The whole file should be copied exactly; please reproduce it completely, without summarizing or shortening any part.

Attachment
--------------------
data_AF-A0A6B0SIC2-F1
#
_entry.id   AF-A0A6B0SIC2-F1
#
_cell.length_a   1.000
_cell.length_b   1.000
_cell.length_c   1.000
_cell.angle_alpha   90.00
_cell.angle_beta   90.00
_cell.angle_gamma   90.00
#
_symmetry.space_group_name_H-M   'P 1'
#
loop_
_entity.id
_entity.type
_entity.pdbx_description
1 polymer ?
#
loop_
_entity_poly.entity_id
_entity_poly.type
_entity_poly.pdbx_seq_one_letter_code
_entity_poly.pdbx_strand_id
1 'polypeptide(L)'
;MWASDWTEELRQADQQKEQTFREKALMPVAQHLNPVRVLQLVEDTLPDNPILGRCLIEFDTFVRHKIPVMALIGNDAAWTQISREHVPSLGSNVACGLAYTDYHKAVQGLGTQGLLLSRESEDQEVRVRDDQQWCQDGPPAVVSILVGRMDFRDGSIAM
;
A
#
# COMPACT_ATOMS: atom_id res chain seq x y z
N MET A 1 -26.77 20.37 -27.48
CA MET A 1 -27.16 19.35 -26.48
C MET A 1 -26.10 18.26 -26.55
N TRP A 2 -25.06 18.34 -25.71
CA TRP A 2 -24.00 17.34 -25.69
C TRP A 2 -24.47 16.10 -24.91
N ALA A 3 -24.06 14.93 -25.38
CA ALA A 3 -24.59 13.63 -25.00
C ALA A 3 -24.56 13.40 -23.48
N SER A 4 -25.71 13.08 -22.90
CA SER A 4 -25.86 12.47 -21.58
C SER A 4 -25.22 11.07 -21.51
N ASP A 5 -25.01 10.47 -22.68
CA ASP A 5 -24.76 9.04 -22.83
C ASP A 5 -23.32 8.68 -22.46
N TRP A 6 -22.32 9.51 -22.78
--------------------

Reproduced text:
data_AF-A0A6B0SIC2-F1
#
_entry.id   AF-A0A6B0SIC2-F1
#
_cell.length_a   1.000
_cell.length_b   1.000
_cell.length_c   1.000
_cell.angle_alpha   90.00
_cell.angle_beta   90.00
_cell.angle_gamma   90.00
#
_symmetry.space_group_name_H-M   'P 1'
#
loop_
_entity.id
_entity.type
_entity.pdbx_description
1 polymer ?
#
loop_
_entity_poly.entity_id
_entity_poly.type
_entity_poly.pdbx_seq_one_letter_code
_entity_poly.pdbx_strand_id
1 'polypeptide(L)'
;MWASDWTEELRQADQQKEQTFREKALMPVAQHLNPVRVLQLVEDTLPDNPILGRCLIEFDTFVRHKIPVMALIGNDAAWTQISREHVPSLGSNVACGLAYTDYHKAVQGLGTQGLLLSRESEDQEVRVRDDQQWCQDGPPAVVSILVGRMDFRDGSIAM
;
A
#
# COMPACT_ATOMS: atom_id res chain seq x y z
N MET A 1 -26.77 20.37 -27.48
CA MET A 1 -27.16 19.35 -26.48
C MET A 1 -26.10 18.26 -26.55
N TRP A 2 -25.06 18.34 -25.71
CA TRP A 2 -24.00 17.34 -25.69
C TRP A 2 -24.47 16.10 -24.91
N ALA A 3 -24.06 14.93 -25.38
CA ALA A 3 -24.59 13.63 -25.00
C ALA A 3 -24.56 13.40 -23.48
N SER A 4 -25.71 13.08 -22.90
CA SER A 4 -25.86 12.47 -21.58
C SER A 4 -25.22 11.07 -21.51
N ASP A 5 -25.01 10.47 -22.68
CA ASP A 5 -24.76 9.04 -22.83
C ASP A 5 -23.32 8.68 -22.46
N TRP A 6 -22.32 9.51 -22.78